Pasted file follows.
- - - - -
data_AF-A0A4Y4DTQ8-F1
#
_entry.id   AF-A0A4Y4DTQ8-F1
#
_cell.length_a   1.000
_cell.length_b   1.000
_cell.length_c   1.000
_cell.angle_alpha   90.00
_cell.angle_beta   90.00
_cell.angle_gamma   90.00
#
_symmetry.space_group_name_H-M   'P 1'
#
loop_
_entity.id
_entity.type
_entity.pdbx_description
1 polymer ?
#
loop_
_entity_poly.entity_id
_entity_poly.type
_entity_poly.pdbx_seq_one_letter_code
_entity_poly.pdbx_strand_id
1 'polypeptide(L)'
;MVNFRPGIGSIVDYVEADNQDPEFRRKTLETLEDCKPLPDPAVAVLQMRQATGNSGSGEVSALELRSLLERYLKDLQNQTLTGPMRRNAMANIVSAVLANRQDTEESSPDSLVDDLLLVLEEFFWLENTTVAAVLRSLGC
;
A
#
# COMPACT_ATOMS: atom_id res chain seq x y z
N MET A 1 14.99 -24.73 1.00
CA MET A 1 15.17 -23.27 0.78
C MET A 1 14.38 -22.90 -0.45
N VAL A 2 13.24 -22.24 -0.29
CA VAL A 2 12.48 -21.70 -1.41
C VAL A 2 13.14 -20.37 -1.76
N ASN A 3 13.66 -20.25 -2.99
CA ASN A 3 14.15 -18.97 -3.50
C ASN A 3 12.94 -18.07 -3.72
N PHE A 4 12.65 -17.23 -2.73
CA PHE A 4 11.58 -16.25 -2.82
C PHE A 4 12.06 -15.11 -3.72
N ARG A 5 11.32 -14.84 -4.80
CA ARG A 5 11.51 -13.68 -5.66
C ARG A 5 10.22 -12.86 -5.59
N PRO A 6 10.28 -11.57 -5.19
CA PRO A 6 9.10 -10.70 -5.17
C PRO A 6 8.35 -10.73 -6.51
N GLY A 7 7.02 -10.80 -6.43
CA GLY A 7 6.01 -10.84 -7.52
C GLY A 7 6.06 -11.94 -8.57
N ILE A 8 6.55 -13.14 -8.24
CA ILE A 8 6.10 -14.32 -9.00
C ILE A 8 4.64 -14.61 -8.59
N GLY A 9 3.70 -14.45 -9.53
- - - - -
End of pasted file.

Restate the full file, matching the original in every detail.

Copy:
data_AF-A0A4Y4DTQ8-F1
#
_entry.id   AF-A0A4Y4DTQ8-F1
#
_cell.length_a   1.000
_cell.length_b   1.000
_cell.length_c   1.000
_cell.angle_alpha   90.00
_cell.angle_beta   90.00
_cell.angle_gamma   90.00
#
_symmetry.space_group_name_H-M   'P 1'
#
loop_
_entity.id
_entity.type
_entity.pdbx_description
1 polymer ?
#
loop_
_entity_poly.entity_id
_entity_poly.type
_entity_poly.pdbx_seq_one_letter_code
_entity_poly.pdbx_strand_id
1 'polypeptide(L)'
;MVNFRPGIGSIVDYVEADNQDPEFRRKTLETLEDCKPLPDPAVAVLQMRQATGNSGSGEVSALELRSLLERYLKDLQNQTLTGPMRRNAMANIVSAVLANRQDTEESSPDSLVDDLLLVLEEFFWLENTTVAAVLRSLGC
;
A
#
# COMPACT_ATOMS: atom_id res chain seq x y z
N MET A 1 14.99 -24.73 1.00
CA MET A 1 15.17 -23.27 0.78
C MET A 1 14.38 -22.90 -0.45
N VAL A 2 13.24 -22.24 -0.29
CA VAL A 2 12.48 -21.70 -1.41
C VAL A 2 13.14 -20.37 -1.76
N ASN A 3 13.66 -20.25 -2.99
CA ASN A 3 14.15 -18.97 -3.50
C ASN A 3 12.94 -18.07 -3.72
N PHE A 4 12.65 -17.23 -2.73
CA PHE A 4 11.58 -16.25 -2.82
C PHE A 4 12.06 -15.11 -3.72
N ARG A 5 11.32 -14.84 -4.80
CA ARG A 5 11.51 -13.68 -5.66
C ARG A 5 10.22 -12.86 -5.59
N PRO A 6 10.28 -11.57 -5.19
CA PRO A 6 9.10 -10.70 -5.17
C PRO A 6 8.35 -10.73 -6.51
N GLY A 7 7.02 -10.80 -6.43
CA GLY A 7 6.01 -10.84 -7.52
C GLY A 7 6.06 -11.94 -8.57
N ILE A 8 6.55 -13.14 -8.24
CA ILE A 8 6.10 -14.32 -9.00
C ILE A 8 4.64 -14.61 -8.59
N GLY A 9 3.70 -14.45 -9.53